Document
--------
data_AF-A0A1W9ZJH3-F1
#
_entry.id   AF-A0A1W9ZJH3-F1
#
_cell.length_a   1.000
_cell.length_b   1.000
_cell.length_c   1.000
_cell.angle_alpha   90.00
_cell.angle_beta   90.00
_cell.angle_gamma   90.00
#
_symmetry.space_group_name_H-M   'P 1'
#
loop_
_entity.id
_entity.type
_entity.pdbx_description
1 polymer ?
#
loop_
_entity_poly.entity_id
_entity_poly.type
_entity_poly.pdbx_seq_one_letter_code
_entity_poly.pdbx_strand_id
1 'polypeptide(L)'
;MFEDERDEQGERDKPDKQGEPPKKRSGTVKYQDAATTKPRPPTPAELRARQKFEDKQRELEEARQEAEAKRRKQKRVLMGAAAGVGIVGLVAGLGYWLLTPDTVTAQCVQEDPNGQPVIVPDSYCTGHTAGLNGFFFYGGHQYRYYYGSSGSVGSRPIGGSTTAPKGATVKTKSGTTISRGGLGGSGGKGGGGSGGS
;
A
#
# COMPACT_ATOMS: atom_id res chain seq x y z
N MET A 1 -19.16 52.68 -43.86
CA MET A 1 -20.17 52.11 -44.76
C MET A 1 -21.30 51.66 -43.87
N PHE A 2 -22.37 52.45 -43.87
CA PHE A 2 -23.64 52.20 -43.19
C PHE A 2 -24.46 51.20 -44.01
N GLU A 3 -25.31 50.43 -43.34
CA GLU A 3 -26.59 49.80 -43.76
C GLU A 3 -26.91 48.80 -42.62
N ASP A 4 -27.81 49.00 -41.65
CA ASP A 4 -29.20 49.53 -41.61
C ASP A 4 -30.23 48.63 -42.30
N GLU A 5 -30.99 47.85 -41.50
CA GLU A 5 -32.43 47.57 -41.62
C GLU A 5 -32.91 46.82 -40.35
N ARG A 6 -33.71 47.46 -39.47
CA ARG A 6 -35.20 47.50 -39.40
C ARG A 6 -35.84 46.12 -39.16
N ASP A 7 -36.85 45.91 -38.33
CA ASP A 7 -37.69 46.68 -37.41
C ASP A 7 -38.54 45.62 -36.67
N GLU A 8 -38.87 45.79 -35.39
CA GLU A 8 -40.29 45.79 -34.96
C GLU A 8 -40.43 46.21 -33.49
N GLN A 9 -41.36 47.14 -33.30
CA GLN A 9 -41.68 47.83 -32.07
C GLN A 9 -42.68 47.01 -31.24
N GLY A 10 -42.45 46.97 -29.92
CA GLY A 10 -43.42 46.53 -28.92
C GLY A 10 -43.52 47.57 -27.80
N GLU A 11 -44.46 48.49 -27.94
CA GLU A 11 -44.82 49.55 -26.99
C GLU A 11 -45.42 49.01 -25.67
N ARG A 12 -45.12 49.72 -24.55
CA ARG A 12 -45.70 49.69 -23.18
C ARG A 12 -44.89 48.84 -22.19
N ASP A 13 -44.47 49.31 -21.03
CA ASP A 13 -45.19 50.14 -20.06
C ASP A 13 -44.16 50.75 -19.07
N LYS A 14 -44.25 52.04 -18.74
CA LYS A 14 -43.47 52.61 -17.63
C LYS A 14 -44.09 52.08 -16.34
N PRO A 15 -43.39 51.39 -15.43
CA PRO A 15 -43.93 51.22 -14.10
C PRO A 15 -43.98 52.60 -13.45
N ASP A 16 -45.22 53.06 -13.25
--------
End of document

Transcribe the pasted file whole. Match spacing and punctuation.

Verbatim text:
data_AF-A0A1W9ZJH3-F1
#
_entry.id   AF-A0A1W9ZJH3-F1
#
_cell.length_a   1.000
_cell.length_b   1.000
_cell.length_c   1.000
_cell.angle_alpha   90.00
_cell.angle_beta   90.00
_cell.angle_gamma   90.00
#
_symmetry.space_group_name_H-M   'P 1'
#
loop_
_entity.id
_entity.type
_entity.pdbx_description
1 polymer ?
#
loop_
_entity_poly.entity_id
_entity_poly.type
_entity_poly.pdbx_seq_one_letter_code
_entity_poly.pdbx_strand_id
1 'polypeptide(L)'
;MFEDERDEQGERDKPDKQGEPPKKRSGTVKYQDAATTKPRPPTPAELRARQKFEDKQRELEEARQEAEAKRRKQKRVLMGAAAGVGIVGLVAGLGYWLLTPDTVTAQCVQEDPNGQPVIVPDSYCTGHTAGLNGFFFYGGHQYRYYYGSSGSVGSRPIGGSTTAPKGATVKTKSGTTISRGGLGGSGGKGGGGSGGS
;
A
#
# COMPACT_ATOMS: atom_id res chain seq x y z
N MET A 1 -19.16 52.68 -43.86
CA MET A 1 -20.17 52.11 -44.76
C MET A 1 -21.30 51.66 -43.87
N PHE A 2 -22.37 52.45 -43.87
CA PHE A 2 -23.64 52.20 -43.19
C PHE A 2 -24.46 51.20 -44.01
N GLU A 3 -25.31 50.43 -43.34
CA GLU A 3 -26.59 49.80 -43.76
C GLU A 3 -26.91 48.80 -42.62
N ASP A 4 -27.81 49.00 -41.65
CA ASP A 4 -29.20 49.53 -41.61
C ASP A 4 -30.23 48.63 -42.30
N GLU A 5 -30.99 47.85 -41.50
CA GLU A 5 -32.43 47.57 -41.62
C GLU A 5 -32.91 46.82 -40.35
N ARG A 6 -33.71 47.46 -39.47
CA ARG A 6 -35.20 47.50 -39.40
C ARG A 6 -35.84 46.12 -39.16
N ASP A 7 -36.85 45.91 -38.33
CA ASP A 7 -37.69 46.68 -37.41
C ASP A 7 -38.54 45.62 -36.67
N GLU A 8 -38.87 45.79 -35.39
CA GLU A 8 -40.29 45.79 -34.96
C GLU A 8 -40.43 46.21 -33.49
N GLN A 9 -41.36 47.14 -33.30
CA GLN A 9 -41.68 47.83 -32.07
C GLN A 9 -42.68 47.01 -31.24
N GLY A 10 -42.45 46.97 -29.92
CA GLY A 10 -43.42 46.53 -28.92
C GLY A 10 -43.52 47.57 -27.80
N GLU A 11 -44.46 48.49 -27.94
CA GLU A 11 -44.82 49.55 -26.99
C GLU A 11 -45.42 49.01 -25.67
N ARG A 12 -45.12 49.72 -24.55
CA ARG A 12 -45.70 49.69 -23.18
C ARG A 12 -44.89 48.84 -22.19
N ASP A 13 -44.47 49.31 -21.03
CA ASP A 13 -45.19 50.14 -20.06
C ASP A 13 -44.16 50.75 -19.07
N LYS A 14 -44.25 52.04 -18.74
CA LYS A 14 -43.47 52.61 -17.63
C LYS A 14 -44.09 52.08 -16.34
N PRO A 15 -43.39 51.39 -15.43
CA PRO A 15 -43.93 51.22 -14.10
C PRO A 15 -43.98 52.60 -13.45
N ASP A 16 -45.22 53.06 -13.25